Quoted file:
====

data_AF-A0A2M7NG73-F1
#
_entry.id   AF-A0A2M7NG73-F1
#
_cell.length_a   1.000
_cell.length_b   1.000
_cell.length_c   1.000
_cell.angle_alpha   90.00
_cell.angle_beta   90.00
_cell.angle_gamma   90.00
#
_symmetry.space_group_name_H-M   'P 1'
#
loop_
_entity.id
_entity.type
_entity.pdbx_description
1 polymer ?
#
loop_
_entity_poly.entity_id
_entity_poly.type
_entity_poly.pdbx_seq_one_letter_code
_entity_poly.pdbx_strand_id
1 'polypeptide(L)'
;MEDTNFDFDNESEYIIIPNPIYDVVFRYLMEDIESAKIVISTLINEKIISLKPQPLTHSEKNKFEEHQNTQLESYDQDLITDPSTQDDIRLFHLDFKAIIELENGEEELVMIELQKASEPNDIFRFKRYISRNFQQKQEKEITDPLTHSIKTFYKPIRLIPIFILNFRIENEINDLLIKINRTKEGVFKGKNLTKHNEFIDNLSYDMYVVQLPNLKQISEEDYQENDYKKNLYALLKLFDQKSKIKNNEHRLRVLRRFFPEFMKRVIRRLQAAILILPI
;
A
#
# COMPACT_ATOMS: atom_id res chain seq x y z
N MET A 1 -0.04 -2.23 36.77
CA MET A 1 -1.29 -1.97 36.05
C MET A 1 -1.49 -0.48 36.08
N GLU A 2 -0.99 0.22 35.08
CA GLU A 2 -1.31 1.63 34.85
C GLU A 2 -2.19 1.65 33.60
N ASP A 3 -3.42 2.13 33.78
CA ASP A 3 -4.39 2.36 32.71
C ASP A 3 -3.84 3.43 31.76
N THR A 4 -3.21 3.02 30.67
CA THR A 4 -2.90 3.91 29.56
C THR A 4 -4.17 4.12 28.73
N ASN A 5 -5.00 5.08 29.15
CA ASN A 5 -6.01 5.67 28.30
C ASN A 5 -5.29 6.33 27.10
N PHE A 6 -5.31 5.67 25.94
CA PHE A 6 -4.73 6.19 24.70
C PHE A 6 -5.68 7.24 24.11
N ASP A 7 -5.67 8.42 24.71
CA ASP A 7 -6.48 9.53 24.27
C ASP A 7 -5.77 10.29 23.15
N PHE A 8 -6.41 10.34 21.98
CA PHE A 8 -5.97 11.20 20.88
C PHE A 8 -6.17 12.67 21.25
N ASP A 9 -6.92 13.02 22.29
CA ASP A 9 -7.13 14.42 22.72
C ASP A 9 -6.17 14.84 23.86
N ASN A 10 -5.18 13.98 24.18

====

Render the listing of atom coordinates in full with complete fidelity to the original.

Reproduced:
data_AF-A0A2M7NG73-F1
#
_entry.id   AF-A0A2M7NG73-F1
#
_cell.length_a   1.000
_cell.length_b   1.000
_cell.length_c   1.000
_cell.angle_alpha   90.00
_cell.angle_beta   90.00
_cell.angle_gamma   90.00
#
_symmetry.space_group_name_H-M   'P 1'
#
loop_
_entity.id
_entity.type
_entity.pdbx_description
1 polymer ?
#
loop_
_entity_poly.entity_id
_entity_poly.type
_entity_poly.pdbx_seq_one_letter_code
_entity_poly.pdbx_strand_id
1 'polypeptide(L)'
;MEDTNFDFDNESEYIIIPNPIYDVVFRYLMEDIESAKIVISTLINEKIISLKPQPLTHSEKNKFEEHQNTQLESYDQDLITDPSTQDDIRLFHLDFKAIIELENGEEELVMIELQKASEPNDIFRFKRYISRNFQQKQEKEITDPLTHSIKTFYKPIRLIPIFILNFRIENEINDLLIKINRTKEGVFKGKNLTKHNEFIDNLSYDMYVVQLPNLKQISEEDYQENDYKKNLYALLKLFDQKSKIKNNEHRLRVLRRFFPEFMKRVIRRLQAAILILPI
;
A
#
# COMPACT_ATOMS: atom_id res chain seq x y z
N MET A 1 -0.04 -2.23 36.77
CA MET A 1 -1.29 -1.97 36.05
C MET A 1 -1.49 -0.48 36.08
N GLU A 2 -0.99 0.22 35.08
CA GLU A 2 -1.31 1.63 34.85
C GLU A 2 -2.19 1.65 33.60
N ASP A 3 -3.42 2.13 33.78
CA ASP A 3 -4.39 2.36 32.71
C ASP A 3 -3.84 3.43 31.76
N THR A 4 -3.21 3.02 30.67
CA THR A 4 -2.90 3.91 29.56
C THR A 4 -4.17 4.12 28.73
N ASN A 5 -5.00 5.08 29.15
CA ASN A 5 -6.01 5.67 28.30
C ASN A 5 -5.29 6.33 27.10
N PHE A 6 -5.31 5.67 25.94
CA PHE A 6 -4.73 6.19 24.70
C PHE A 6 -5.68 7.24 24.11
N ASP A 7 -5.67 8.42 24.71
CA ASP A 7 -6.48 9.53 24.27
C ASP A 7 -5.77 10.29 23.15
N PHE A 8 -6.41 10.34 21.98
CA PHE A 8 -5.97 11.20 20.88
C PHE A 8 -6.17 12.67 21.25
N ASP A 9 -6.92 13.02 22.29
CA ASP A 9 -7.13 14.42 22.72
C ASP A 9 -6.17 14.84 23.86
N ASN A 10 -5.18 13.98 24.18